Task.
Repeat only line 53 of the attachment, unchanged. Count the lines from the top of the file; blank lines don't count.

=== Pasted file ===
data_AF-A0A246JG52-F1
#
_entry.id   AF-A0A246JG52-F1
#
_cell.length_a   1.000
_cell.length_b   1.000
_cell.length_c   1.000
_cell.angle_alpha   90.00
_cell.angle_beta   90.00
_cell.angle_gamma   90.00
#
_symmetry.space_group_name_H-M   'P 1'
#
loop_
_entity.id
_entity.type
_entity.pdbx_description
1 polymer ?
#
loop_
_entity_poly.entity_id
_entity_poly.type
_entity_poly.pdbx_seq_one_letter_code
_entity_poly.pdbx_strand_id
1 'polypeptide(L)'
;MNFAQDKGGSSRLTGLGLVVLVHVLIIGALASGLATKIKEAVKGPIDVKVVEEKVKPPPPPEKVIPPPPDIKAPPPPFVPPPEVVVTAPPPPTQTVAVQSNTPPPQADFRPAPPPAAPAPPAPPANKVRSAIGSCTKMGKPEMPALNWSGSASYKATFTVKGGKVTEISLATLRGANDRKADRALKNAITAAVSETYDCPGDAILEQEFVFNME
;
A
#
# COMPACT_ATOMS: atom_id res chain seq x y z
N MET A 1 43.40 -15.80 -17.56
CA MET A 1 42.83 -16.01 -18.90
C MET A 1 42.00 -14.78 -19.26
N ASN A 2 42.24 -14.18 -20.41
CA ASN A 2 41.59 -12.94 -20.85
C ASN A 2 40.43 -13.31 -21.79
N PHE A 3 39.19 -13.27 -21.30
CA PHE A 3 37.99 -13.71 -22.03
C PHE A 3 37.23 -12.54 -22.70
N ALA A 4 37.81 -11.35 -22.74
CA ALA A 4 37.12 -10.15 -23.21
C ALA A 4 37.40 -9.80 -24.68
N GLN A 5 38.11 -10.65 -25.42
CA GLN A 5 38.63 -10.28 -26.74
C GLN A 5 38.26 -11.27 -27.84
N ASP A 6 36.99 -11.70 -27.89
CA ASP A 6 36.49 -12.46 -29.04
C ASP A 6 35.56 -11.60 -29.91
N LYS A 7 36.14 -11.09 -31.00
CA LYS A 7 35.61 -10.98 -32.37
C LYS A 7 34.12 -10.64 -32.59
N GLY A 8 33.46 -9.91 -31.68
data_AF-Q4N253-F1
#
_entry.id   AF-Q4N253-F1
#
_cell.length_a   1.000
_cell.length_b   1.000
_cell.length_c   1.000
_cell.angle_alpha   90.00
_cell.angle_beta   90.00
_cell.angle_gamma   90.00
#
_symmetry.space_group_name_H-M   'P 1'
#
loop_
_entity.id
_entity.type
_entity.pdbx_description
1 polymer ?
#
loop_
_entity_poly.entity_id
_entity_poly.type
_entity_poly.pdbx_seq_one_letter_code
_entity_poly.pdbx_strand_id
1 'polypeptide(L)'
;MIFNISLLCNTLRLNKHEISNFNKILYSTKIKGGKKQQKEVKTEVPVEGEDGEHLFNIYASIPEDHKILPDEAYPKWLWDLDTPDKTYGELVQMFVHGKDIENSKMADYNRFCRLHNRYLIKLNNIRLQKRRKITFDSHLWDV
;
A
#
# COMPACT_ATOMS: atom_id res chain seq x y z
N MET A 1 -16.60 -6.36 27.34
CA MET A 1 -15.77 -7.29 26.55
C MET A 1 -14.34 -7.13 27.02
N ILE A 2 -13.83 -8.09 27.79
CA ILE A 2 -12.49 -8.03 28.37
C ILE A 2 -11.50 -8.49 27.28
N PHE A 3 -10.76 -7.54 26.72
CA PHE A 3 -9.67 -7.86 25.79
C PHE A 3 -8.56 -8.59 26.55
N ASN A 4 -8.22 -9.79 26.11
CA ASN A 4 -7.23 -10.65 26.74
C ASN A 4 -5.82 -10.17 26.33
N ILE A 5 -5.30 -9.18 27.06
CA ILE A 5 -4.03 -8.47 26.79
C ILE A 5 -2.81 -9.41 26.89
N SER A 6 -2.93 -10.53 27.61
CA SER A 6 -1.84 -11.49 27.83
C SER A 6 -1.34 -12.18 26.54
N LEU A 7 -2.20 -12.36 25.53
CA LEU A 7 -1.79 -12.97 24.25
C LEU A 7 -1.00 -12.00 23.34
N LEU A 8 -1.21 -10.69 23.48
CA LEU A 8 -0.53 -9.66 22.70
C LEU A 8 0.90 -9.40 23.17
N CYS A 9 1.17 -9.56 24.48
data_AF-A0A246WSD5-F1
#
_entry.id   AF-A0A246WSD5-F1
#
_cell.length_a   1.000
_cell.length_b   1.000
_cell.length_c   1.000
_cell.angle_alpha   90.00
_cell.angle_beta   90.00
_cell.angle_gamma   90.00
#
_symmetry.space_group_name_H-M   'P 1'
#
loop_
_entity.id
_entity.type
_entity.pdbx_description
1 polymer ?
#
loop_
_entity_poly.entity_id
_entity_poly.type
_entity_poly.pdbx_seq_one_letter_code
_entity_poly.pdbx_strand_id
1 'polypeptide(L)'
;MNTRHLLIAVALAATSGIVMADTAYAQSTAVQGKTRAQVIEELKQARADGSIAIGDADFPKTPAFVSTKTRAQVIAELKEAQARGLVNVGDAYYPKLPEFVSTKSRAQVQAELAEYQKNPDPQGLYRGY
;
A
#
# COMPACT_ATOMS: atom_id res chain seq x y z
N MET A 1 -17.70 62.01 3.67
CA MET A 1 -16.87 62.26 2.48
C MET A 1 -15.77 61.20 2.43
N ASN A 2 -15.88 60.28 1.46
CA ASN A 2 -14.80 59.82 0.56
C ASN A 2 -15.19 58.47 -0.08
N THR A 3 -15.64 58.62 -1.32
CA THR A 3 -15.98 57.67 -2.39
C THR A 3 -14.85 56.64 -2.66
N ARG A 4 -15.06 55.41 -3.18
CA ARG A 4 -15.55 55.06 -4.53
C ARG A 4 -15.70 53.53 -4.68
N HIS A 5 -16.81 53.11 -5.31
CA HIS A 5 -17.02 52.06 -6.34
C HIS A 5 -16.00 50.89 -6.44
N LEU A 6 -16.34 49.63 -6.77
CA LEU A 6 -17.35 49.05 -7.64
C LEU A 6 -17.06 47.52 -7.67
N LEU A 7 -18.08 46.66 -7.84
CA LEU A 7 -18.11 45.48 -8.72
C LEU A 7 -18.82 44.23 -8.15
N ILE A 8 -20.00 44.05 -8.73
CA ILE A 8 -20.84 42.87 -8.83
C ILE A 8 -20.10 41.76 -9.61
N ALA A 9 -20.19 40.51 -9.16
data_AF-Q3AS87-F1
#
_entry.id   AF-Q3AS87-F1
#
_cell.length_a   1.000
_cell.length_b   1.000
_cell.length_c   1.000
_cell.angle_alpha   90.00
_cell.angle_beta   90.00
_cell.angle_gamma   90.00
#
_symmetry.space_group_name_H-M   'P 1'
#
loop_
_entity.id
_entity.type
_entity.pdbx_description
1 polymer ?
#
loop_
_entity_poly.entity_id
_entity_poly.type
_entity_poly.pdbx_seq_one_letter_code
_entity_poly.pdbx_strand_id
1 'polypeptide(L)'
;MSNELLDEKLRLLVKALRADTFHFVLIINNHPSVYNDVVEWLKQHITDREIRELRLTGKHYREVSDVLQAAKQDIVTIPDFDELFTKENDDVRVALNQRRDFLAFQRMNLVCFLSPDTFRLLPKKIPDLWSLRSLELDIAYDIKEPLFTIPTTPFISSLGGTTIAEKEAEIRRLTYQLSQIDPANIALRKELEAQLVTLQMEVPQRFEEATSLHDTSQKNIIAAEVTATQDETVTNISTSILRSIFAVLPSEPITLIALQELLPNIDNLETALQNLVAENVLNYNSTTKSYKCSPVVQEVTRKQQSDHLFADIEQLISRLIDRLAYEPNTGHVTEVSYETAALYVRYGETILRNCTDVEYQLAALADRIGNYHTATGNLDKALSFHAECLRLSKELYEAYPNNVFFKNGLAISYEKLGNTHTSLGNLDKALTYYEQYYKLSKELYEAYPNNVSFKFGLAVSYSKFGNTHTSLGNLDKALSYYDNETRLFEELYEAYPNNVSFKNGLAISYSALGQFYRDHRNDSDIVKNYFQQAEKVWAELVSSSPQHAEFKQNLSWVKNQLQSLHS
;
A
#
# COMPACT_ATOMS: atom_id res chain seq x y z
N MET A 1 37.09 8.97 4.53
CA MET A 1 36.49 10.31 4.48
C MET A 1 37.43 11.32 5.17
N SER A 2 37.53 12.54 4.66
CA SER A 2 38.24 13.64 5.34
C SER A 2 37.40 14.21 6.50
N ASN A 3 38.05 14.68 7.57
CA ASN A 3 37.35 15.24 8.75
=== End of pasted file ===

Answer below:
data_AF-Q4N253-F1